4. Sit here and wait for the coconut to naturally fall off in its own good time?

As I’m an impatient man, I decided to use option 5 and just cut the tree down thereby gaining easy access to the long anticipated item.

Now that I have attained this coconut prize, what should I do with it? The choices and decisions seem to never end!

This coconut analogy is quite similar to how we generate and develop new ideas in the corporate office.
Just like the process of attaining the coconut, we have many options available to us. We can use group discussions, brainstorming, team meetings, quiet walks, or sit in solitude hoping for that gem of an idea to come forward and materialise!

Once we have the idea (the coconut) what do we then do with it? How do we develop it into a commercially successful opportunity that generates income for the corporate business? Or do we just “settle”, and accumulate our ideas (or coconuts) for a day in the future when they may be required?

The choice is yours, but whilst I sit here looking up at that sneaky little and illusive coconut, I will always want to get it and develop thoughts of what that coconut may initiate!

Coloured Ideas of Sex

Omphaloskepsis...

There is a saying that innovation occurs when ideas have sex. This might be fine for those free thinking happy go lucky ideas, but it is not acceptable behaviour in the corporate office! You will find quite a few policies and a vast array of T&Cs of employment covering this issue. It is just not the done thing!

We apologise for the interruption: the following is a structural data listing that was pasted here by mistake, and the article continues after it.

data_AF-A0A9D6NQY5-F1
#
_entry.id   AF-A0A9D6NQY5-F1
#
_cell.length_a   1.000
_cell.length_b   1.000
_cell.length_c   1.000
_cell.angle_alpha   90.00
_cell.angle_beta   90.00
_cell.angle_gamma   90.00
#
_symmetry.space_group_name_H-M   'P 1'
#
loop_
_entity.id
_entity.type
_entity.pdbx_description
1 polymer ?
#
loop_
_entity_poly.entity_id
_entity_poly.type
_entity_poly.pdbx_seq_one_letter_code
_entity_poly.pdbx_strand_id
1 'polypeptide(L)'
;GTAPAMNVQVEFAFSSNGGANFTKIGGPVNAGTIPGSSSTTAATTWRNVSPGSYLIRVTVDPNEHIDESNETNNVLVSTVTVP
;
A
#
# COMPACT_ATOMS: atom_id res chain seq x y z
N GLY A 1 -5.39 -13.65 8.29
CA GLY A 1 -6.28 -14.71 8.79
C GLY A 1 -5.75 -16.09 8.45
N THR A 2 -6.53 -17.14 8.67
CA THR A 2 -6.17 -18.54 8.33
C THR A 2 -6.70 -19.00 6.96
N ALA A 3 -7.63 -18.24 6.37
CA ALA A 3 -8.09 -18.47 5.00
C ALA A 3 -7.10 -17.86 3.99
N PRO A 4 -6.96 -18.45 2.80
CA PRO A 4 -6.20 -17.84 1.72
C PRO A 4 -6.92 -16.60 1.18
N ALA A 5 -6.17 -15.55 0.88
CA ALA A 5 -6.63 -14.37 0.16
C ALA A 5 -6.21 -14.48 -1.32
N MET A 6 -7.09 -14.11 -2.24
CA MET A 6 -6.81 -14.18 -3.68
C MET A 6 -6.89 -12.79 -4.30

But what if there was a way that the ideas of employees could actually interact with each other and ‘have sex’ in a non-physical way that kept the HR policy enforcers content?

So just how could this be achieved?

Just imagine if ideas could be linked to a set of corresponding colours? Employees could then generate a large number of thoughts which would initiate an array of colours that could be captured electronically.

The next step would be to provide a ‘comfortable and relaxed’ meeting place for these ideas to ‘get to know each other’, similar to a date. This might be achieved via the use of a shared public directory on the corporate intranet?